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Michael O’Malley : Free Silver and the Constitution of Man | Common-place April 2006
Michael O’Malley is associate professor of history and art history at George Mason University. He is studying the money question in American history, as well as studying the history of recorded sound..... The money debate and immigration at the turn of the century.....In 1889, Harvard economist Francis A. Walker described the "social effects of paper money" that ranged from bad taste—"wanton bravery of apparel and equipage"—to dangerous consumer desires, which undermined the father’s authority. Paper money, Walker observed, led to the "the creation of a countless host of artificial necessities in the family beyond the power of the husband and Father to supply without a resort to questionable devices or reckless speculations." Not only driven to recklessness, these fathers adopted "humiliating imitations of foreign habits of living." Paper money undermined "that fit and natural leadership of taste and fashion which is the best protection society can have against sordid material aims." And it elicited "manners at once gross and effeminate," which led to "democracy without equality or fraternity, and exclusiveness without pride or character." Paper money threatened patriarchy; it drove otherwise respectable men to immoral or dangerous speculations. Paper bills produced both "effeminacy" and coarseness, encouraging foreign habits. How did paper money manage this cultural crime spree? Not by raising prices—in this passage Walker never mentions higher prices. Instead, by removing society from a basis in "real values," paper money overturned natural laws and natural social hierarchies. It decentered the self.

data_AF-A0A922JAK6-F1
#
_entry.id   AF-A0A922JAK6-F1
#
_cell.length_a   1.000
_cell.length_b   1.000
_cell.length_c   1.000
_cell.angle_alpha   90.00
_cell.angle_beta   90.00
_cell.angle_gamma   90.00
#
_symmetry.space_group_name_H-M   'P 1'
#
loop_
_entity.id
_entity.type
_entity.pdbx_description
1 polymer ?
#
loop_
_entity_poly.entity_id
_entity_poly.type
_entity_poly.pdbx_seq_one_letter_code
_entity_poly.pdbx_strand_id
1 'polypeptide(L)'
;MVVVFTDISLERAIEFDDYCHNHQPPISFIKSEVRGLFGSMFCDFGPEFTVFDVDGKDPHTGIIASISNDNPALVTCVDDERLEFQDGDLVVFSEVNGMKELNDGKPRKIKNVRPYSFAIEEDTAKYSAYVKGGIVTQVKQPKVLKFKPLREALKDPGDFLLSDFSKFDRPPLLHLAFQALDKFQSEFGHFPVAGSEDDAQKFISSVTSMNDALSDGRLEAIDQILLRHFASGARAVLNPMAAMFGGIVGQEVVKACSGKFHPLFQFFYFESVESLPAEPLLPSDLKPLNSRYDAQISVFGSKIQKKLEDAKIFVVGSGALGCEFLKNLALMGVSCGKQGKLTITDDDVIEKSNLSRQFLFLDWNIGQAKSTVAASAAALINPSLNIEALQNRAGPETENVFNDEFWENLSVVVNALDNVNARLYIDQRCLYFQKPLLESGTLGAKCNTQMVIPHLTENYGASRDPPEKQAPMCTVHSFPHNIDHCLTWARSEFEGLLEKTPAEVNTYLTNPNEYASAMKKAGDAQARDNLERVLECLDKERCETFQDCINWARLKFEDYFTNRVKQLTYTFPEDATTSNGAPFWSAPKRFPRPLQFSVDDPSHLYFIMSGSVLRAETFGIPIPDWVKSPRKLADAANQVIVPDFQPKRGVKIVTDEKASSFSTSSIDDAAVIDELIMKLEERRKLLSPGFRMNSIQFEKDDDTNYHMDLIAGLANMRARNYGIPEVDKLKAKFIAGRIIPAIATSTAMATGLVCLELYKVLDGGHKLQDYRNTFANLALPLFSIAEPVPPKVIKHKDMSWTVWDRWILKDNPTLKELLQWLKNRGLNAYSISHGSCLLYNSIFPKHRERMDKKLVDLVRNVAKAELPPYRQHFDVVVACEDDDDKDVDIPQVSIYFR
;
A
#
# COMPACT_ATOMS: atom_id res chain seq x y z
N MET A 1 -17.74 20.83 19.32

19thC  US_history  economic_history  cultural_history  social_history  patriarchy  masculinity  family  money  monetary_policy  currency  hierarchy  status  migration  racialism  democracy  reformation_of_manners  EF-add 
august 2013 by dunnettreader

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